Note: Why aren't we putting these in an event form service? It's because our validator functions won't be classes with constructor methods, but they also need to import and utilize these helpers. Therefore, a factory is the most straightforward solution.

// src/app/core/forms/formUtils.factory.ts
...
// mm/dd/yyyy, m/d/yyyy
// https://regex101.com/r/7iSsmm/2
const DATE_REGEX = new RegExp(/^(\d{2}|\d)\/(\d{2}|\d)\/\d{4}$/);
// h:mm am/pm, hh:mm AM/PM
// https://regex101.com/r/j2Cfqd/1/
const TIME_REGEX = new RegExp(/^((1[0-2]|0?[1-9]):([0-5][0-9]) ([AaPp][Mm]))$/);

// Converts date + time strings to a Date object.
// Date and time parameters should have already
// been validated with DATE_REGEX and TIME_REGEX.
function stringsToDate(dateStr: string, timeStr: string) {
  if (!DATE_REGEX.test(dateStr) || !TIME_REGEX.test(timeStr)) {
    console.error('Cannot convert date/time to Date object.');
    return;
  }
  const date = new Date(dateStr);
  const timeArr = timeStr.split(/[\s:]+/); // https://regex101.com/r/H4dMvA/1
  let hour = parseInt(timeArr[0], 10);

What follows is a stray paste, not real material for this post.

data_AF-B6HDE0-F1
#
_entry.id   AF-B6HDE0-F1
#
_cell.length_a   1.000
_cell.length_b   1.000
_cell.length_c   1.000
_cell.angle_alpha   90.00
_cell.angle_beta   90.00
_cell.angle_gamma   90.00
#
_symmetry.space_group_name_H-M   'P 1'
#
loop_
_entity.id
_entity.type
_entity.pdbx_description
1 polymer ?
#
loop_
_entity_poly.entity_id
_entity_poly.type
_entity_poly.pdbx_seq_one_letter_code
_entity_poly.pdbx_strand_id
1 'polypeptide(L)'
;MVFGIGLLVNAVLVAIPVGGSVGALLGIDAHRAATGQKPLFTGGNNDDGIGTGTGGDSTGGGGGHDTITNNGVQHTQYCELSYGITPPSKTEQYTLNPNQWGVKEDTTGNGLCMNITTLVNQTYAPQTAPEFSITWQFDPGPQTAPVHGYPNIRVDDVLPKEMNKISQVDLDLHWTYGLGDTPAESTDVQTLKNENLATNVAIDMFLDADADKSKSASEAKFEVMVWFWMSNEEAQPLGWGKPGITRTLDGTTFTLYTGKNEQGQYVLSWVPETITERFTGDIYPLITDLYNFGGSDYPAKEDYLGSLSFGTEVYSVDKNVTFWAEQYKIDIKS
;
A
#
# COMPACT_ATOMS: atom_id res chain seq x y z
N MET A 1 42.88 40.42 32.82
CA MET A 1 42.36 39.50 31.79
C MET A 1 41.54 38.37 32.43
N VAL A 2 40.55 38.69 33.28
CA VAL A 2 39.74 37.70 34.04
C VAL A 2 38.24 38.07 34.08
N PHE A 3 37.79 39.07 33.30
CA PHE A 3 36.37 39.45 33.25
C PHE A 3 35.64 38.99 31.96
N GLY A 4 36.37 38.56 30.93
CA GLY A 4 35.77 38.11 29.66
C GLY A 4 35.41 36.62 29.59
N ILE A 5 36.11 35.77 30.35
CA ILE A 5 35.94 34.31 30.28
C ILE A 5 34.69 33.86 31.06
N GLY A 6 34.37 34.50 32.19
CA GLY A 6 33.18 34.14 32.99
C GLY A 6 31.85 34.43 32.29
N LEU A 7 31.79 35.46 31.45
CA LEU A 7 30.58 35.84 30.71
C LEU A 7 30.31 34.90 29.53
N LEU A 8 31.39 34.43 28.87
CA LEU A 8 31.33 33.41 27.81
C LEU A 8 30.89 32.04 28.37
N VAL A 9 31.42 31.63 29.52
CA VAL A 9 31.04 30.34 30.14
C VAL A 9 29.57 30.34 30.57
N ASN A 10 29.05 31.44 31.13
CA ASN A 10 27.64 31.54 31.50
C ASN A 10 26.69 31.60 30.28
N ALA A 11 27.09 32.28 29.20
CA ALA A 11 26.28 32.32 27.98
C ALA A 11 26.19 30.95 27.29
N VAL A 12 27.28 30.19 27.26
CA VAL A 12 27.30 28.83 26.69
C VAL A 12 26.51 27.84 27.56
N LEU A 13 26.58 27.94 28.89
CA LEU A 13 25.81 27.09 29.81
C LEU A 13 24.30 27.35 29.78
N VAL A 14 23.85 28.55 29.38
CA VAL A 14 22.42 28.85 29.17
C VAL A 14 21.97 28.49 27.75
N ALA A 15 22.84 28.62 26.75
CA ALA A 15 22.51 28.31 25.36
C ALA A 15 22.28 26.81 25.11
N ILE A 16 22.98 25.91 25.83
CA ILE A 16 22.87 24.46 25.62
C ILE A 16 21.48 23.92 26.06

const min = parseInt(timeArr[1], 10);
  const pm = timeArr[2].toLowerCase() === 'pm';

  if (!pm && hour === 12) {
    hour = 0;
  }
  if (pm && hour < 12) {
    hour += 12;
  }
  date.setHours(hour);
  date.setMinutes(min);
  return date;
}

export { ..., DATE_REGEX, TIME_REGEX, stringsToDate };

The TIME_REGEX regular expression matches date strings in the general format m/d/yyyy. The TIME_REGEX regular expression matches strings in the general format h:mm am/pm.

Note: Check out the links to see full explanations of these regular expressions and to enter your own test strings.

The stringsToDate() function accepts a dateStr string and timeStr string as parameters and returns a JavaScript Date in the user's local timezone. This function is needed because the user enters strings in the event form, but we need to do date comparisons for validation, as well as submit startDatetime and endDatetime as date objects.